We shall reiterate the question: “What can keep the householder thinking of God all the time?” It can only be some strong faith built not merely on precept but upon experience and upon a sound philosophy of life. My trouble is that I am not able to feel the futility of all worldly endeavour, and the dire necessity of a complete surrender to God. Old men say that all happiness (and grief) is transitory and surrender to the creator alone will get lasting happ iness. In my case, mere belief in a Creator is not able to make me keep Him always before me. I fight tooth and nail with a person who denies the existence of God, but I am not able to keep God before me as Janaka did! What is it that can help me?

I find a means in Mother’s words. All expe rience in this world is epitomised by her in the statement: “What we hope for does not happen; what is ours (i. e. our share) does not miss us. It is only to obtain what we want that we make any at tempt. And we keep on making attempts all the time. That means, we do not (always) get what we want, does it not? Nor can we avoid what is ours. Much of our achievement is unexpected. Every “by God’s grace” has an unexpected achievement behind it. Our life flows through inexplicable disappoint ments and achievements. Mother explains this by saying that some Energy, Force, or God guides every detail of all that happens. He who is responsible for sunrise, sunset, planetary movements, growth of plants, (human) endeavour, etc., etc., is respon sible for all happenings, pleasant as well as unplea sant. expected or unexpected. We think wrongly that we achieve something through our effort and lose something through God’s interference. All achievements and disappointments, all pleasure and pain, is due to His arrangement. So one has to go through life’s experience in the same way as he does through drought, rain and sun. All effort is God’s own and all results are willed by Him. It is too much to believe that our efforts exist inspite of His.”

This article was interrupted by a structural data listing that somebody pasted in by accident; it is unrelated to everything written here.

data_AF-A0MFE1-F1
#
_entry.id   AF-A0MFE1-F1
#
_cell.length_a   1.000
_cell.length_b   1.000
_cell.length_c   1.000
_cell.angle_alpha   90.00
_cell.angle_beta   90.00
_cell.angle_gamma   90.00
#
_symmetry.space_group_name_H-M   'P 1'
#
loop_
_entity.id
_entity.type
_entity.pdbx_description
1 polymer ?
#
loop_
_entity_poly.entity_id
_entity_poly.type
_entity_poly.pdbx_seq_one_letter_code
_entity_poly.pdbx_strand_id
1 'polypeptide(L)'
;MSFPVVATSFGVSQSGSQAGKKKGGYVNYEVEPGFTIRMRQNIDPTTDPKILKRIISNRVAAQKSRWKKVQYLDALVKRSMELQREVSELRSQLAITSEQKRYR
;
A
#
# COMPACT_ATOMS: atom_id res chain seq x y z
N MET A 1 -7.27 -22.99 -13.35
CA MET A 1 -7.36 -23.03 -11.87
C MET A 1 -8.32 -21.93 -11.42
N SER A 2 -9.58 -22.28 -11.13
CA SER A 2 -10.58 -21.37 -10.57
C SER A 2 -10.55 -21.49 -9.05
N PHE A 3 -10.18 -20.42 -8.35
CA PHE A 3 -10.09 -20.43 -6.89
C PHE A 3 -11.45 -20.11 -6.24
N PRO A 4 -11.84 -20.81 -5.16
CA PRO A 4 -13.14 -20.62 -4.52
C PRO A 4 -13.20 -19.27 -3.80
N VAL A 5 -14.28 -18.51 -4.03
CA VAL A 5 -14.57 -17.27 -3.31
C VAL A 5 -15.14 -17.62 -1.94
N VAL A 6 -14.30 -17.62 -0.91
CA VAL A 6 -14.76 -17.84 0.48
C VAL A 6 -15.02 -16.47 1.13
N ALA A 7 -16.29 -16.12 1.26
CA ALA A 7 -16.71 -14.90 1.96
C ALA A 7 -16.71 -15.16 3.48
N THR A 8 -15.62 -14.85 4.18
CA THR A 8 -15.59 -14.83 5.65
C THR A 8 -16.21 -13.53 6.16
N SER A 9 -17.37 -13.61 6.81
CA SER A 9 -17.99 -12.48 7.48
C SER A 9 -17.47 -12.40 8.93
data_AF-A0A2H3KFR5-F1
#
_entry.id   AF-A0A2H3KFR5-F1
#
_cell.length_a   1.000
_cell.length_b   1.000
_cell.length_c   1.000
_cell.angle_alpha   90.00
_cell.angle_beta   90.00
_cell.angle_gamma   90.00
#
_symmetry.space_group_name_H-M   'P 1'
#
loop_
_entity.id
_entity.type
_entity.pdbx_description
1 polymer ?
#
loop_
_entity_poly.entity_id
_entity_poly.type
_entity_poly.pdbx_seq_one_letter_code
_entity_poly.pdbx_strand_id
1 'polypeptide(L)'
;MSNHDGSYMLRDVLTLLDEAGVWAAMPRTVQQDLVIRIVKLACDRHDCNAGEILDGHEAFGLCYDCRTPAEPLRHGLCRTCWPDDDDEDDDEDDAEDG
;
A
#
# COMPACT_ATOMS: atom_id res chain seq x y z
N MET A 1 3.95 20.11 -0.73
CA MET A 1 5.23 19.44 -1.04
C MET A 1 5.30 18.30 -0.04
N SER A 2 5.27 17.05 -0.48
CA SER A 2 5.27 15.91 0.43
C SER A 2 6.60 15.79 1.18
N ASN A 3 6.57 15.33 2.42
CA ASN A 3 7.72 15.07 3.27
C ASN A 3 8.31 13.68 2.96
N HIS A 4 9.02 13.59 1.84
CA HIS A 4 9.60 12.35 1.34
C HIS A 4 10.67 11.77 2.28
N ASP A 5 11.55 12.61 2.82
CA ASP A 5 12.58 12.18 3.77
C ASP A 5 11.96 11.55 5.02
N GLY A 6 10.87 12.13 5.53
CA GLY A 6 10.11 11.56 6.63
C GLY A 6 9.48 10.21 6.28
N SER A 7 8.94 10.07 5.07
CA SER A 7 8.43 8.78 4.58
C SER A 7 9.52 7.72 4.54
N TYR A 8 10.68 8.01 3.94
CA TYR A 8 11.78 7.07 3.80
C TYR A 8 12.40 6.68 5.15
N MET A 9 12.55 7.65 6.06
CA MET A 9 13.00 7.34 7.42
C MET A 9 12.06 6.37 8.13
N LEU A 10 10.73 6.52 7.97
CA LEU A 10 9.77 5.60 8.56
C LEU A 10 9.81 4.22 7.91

So a householder, in fact everyone, moves like a pawn on a chessboard. “Our legs walk and so we believe that they do so by their own energy. The energy that enables them to walk, (call it conscio usness, God, or what you will,) is not seen, even as the strength that keeps the pillar supporting the roof. It exists nevertheless and all we see is due to It.” (Mother).